The instability inherent to suspension training forces your body to work together as a unit; your mind keeps your muscle groups focused on how to remain steady and continue the exercises. This is exactly how your body functions in day-to-day life, so the exercises done in suspension training are more likely to benefit you as you move through your daily physical activity as well.
Kim also notes that because suspension training works the body as a whole, it’s great for cross training. She says, “At PhysioFit PT, we work with a lot of swim groups. Because swimming builds your muscles in one direction, the suspension training helps swimmers develop their muscles in a very different way from their sport.”
The Serius Strap suspension trainer
Physiquality has selected one suspension training system, the Serius Strap, as one of its fitness partners. The Serius Strap suspension training system from Railyard Fitness includes everything you need to begin a total body exercise program. Simply secure the overhead straps over a door or fixed position and complete hundreds of exercises to work on your arms, legs, abs and balance.
The system packs up quickly, making it easy to take with you while traveling, and every Serius Strap package includes a training manual with hundreds of exercises to work your entire body quickly and efficiently, helping you lose fat and increase muscle mass.
Serius Straps are also easily adjustable, allowing for a variety of difficulty levels. And the patented MarV® 180-degree rotating handles give you the ability to correctly position your wrists for a variety of exercises, helping you achieve proper form and avoid injury.
The bonus? Suspension trainers like the Serius Strap are fun! Kim says that just about everyone that tries their suspension training classes at PhysioFit PT gets hooked; people “love the instability factor” and the fact that it’s different from other types of fitness classes. And every time David brings his Serius Straps into the gym, people say that it reminds them of playing on a playground or in gym class. It taps into the spirit of climbing ropes and swinging on a jungle gym.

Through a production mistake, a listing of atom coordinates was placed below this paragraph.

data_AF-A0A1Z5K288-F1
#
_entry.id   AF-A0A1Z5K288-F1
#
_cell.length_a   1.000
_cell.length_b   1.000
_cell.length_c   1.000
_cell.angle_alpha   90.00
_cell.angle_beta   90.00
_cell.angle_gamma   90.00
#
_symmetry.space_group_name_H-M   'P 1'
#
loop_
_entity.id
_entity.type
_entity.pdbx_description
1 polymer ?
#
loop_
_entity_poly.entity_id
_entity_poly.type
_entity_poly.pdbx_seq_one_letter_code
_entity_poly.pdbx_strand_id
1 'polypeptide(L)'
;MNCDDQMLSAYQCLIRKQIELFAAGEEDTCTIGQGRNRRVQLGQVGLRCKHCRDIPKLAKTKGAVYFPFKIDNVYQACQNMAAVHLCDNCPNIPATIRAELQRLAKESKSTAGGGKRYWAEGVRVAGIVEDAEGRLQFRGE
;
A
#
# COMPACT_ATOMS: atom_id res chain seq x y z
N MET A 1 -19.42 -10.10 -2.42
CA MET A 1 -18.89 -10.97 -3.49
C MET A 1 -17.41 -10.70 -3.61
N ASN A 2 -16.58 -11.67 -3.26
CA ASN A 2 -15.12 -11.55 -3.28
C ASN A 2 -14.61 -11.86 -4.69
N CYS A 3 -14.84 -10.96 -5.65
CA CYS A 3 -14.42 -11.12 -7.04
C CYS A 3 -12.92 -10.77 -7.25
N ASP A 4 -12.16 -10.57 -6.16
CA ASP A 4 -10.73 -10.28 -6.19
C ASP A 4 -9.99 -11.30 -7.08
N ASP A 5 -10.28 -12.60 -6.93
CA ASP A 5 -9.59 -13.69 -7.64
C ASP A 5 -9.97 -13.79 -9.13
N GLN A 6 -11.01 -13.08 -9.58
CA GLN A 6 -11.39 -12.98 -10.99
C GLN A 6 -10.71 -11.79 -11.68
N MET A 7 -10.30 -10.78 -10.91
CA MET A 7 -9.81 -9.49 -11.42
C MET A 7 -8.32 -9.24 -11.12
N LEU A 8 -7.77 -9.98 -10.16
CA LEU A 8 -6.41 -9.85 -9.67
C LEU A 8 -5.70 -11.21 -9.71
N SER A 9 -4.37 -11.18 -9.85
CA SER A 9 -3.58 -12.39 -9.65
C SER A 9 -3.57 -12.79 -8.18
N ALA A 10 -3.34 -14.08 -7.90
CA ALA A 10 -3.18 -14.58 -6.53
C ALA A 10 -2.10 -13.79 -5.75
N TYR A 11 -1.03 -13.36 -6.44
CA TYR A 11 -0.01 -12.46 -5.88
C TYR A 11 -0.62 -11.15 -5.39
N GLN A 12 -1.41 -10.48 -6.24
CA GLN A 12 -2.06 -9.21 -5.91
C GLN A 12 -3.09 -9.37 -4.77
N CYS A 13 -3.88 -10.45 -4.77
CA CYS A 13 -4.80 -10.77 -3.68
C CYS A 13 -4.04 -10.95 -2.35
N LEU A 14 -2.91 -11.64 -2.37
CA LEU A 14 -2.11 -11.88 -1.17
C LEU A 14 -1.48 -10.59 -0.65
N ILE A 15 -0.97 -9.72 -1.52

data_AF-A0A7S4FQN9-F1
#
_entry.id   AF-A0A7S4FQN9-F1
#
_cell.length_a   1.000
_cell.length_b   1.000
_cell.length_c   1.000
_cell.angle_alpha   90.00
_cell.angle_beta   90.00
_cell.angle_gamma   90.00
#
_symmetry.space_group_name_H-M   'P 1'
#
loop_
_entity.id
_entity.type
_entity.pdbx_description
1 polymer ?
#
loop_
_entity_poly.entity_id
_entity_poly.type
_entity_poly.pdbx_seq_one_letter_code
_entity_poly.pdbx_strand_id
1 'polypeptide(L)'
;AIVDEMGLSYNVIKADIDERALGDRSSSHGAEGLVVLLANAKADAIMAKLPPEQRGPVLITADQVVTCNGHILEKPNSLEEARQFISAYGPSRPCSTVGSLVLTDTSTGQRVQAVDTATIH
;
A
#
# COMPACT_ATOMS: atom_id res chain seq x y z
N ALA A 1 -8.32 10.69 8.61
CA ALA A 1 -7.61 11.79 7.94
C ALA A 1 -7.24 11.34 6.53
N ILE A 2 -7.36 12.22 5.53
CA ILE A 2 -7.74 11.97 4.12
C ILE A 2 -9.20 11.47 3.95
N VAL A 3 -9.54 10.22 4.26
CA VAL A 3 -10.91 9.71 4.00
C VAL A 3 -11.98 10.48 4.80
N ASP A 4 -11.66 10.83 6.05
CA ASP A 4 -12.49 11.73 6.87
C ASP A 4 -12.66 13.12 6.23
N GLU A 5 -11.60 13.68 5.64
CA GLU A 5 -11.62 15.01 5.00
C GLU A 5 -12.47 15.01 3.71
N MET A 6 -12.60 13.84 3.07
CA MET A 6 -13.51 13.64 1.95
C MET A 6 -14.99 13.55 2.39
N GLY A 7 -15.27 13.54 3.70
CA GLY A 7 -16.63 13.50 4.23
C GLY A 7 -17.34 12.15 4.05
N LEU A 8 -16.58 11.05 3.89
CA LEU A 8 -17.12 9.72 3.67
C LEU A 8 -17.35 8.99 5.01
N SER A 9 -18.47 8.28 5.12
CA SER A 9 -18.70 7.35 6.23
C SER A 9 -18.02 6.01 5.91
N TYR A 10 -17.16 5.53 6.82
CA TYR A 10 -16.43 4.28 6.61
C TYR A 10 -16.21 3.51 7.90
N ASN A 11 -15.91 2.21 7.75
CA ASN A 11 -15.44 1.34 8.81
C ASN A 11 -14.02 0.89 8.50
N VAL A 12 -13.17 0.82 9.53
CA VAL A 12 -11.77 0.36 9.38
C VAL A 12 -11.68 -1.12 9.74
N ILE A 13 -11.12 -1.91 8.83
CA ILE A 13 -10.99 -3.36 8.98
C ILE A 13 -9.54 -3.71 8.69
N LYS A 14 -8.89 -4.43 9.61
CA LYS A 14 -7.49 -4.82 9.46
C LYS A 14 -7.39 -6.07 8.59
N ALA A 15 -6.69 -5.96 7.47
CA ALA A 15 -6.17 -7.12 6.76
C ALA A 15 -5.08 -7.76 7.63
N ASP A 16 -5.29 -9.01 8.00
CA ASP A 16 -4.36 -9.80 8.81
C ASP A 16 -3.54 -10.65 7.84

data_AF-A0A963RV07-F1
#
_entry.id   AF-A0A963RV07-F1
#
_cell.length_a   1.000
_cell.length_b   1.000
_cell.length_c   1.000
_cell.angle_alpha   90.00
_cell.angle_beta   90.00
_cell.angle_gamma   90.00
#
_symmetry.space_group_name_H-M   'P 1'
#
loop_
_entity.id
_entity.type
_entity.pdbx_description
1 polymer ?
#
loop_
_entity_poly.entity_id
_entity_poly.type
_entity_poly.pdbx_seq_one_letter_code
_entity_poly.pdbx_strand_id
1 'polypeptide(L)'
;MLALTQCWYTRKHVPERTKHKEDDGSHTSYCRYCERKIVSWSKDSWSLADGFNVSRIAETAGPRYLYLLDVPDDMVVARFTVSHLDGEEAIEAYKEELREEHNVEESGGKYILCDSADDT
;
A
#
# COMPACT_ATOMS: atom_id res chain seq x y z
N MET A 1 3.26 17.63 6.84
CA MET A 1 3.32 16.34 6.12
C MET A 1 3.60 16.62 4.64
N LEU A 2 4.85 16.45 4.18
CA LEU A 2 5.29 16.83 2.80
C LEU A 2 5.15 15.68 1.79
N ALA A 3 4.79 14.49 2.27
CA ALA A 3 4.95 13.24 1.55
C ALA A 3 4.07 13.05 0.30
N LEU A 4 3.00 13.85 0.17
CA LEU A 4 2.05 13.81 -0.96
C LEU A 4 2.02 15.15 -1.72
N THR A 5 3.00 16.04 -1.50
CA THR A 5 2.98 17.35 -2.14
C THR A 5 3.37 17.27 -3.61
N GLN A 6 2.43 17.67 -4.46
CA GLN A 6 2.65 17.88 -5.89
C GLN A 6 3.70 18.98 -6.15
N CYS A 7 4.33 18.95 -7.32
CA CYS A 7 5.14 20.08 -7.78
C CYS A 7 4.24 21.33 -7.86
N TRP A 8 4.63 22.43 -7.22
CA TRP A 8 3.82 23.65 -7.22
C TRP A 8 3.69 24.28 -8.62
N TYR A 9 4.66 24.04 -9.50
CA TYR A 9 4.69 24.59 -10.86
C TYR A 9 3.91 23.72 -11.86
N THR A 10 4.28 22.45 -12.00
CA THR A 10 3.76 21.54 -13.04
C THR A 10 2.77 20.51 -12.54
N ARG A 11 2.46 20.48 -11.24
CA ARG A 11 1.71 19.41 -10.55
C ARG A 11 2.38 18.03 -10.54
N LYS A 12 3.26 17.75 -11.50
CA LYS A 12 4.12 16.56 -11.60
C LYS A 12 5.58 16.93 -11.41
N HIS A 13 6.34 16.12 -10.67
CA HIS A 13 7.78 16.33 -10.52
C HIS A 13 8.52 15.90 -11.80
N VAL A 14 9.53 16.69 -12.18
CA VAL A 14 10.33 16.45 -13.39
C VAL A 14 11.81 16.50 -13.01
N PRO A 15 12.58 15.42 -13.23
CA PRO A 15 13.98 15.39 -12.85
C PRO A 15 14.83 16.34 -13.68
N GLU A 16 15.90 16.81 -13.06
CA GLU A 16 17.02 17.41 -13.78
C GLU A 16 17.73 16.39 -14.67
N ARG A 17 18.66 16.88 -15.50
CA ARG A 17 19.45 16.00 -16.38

And when exercise is fun and effective — that’s a powerful formula for success.
David Berman, PT, MS, COMT, CSCS, is a physical therapist and certified strength and conditioning specialist based in Denver, Colo. He is the designer and co-creator of the Serius Strap MarV® handle, which rotates 180 degrees in order to correctly position your wrists for a variety of exercises.
Kim Gladfelter, PT, MPT, OCS, FAAOMPT, is a physical therapist and owner of PhysioFit Physical Therapy in Los Altos, Calif, as well as a member of Physiquality’s network of highly qualified and carefully screened PT offices. A certified Pilates instructor and dancer, she has expanded her clinic’s facility to be a complete wellness location, offering classes in Pilates, gyrotonics and suspension training, as well as special programs for golfers and senior citizens.
For further reading:
Bryant, Cedric. What is functional strength training? ACE Fitness, May 11, 2011.
Overuse injury: How to prevent training injuries. Mayo Clinic, March 5, 2010.
Core exercises: 7 reasons to strengthen your core muscles. Mayo Clinic, October 3, 2009.
Kappes, Serena. Pull your weight! People, April 9, 2009.
Burns, Nick. Suspension training: How risky is it? New York Times, February 1, 2007.
Smith, Stew. Build muscle with TRX suspension training. Military.com.